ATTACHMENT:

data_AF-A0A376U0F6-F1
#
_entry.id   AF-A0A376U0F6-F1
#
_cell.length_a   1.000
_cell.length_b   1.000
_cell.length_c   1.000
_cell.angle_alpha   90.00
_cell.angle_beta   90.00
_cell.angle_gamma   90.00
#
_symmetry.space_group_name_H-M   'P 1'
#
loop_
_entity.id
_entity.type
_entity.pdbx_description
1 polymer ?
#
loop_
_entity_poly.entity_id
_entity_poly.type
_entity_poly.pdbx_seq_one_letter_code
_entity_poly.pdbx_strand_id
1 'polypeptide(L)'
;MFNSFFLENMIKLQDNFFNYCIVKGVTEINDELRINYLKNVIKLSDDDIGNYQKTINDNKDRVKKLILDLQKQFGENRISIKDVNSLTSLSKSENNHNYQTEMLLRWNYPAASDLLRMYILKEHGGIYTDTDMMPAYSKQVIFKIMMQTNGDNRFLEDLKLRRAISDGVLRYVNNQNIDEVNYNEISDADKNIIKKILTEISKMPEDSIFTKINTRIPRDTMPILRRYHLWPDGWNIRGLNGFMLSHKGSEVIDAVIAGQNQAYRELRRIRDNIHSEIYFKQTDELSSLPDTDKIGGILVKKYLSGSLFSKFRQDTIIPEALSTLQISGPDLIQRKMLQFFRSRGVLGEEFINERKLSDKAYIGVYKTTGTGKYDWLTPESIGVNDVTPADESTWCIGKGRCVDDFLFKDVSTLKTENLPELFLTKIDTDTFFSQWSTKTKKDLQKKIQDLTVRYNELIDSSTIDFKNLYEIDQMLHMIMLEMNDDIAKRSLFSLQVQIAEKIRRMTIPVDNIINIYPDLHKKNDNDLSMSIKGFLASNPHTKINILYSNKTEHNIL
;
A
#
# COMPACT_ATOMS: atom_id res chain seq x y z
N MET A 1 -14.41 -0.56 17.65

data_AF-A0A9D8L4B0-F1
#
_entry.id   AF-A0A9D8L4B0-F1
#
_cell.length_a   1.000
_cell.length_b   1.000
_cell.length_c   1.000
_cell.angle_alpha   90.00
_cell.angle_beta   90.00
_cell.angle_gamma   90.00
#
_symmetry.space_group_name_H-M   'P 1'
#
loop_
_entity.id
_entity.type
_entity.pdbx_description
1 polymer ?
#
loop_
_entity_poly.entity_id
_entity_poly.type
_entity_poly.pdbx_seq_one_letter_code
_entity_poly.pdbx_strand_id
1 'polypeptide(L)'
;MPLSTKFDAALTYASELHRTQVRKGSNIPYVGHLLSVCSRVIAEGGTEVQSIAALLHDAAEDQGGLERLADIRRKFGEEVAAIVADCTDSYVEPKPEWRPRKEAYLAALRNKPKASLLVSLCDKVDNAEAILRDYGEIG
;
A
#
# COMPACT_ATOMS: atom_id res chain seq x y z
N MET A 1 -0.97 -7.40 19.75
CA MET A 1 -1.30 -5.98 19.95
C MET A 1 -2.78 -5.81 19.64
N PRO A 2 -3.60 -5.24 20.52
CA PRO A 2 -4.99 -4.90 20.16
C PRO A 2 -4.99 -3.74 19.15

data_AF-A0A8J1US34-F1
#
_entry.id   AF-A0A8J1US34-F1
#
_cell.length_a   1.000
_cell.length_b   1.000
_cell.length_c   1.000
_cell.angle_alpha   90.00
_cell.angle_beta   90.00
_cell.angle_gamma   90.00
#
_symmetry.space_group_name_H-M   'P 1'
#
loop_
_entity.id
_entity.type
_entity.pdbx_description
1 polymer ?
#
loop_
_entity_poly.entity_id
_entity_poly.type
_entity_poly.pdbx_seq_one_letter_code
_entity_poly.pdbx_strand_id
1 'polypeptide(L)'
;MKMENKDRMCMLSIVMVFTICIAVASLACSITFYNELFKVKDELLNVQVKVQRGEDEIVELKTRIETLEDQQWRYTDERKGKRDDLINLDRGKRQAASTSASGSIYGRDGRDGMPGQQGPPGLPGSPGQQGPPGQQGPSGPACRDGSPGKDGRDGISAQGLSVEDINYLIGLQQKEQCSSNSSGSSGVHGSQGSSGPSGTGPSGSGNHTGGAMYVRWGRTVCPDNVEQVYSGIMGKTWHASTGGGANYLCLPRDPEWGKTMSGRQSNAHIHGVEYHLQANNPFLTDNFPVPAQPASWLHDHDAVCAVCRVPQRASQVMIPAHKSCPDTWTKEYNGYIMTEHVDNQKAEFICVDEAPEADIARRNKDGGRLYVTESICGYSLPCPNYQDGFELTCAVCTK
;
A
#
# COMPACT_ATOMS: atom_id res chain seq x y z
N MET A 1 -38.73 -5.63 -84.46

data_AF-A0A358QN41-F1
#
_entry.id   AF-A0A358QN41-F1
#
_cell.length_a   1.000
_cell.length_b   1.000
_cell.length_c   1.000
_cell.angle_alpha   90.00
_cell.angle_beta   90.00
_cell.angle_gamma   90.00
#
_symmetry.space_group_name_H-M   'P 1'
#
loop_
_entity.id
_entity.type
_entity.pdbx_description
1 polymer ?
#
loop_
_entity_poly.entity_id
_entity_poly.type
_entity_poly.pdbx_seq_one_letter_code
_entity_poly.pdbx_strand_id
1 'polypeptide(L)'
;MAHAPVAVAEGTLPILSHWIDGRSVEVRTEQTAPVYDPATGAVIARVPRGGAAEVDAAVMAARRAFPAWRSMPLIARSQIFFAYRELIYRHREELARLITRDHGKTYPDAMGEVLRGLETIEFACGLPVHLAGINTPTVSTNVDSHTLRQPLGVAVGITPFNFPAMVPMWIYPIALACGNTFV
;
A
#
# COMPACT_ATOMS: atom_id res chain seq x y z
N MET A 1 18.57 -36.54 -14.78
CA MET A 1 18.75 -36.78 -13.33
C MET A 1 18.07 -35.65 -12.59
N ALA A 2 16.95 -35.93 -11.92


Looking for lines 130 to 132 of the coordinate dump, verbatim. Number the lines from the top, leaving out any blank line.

CA MET A 1 18.75 -36.78 -13.33
C MET A 1 18.07 -35.65 -12.59
N ALA A 2 16.95 -35.93 -11.92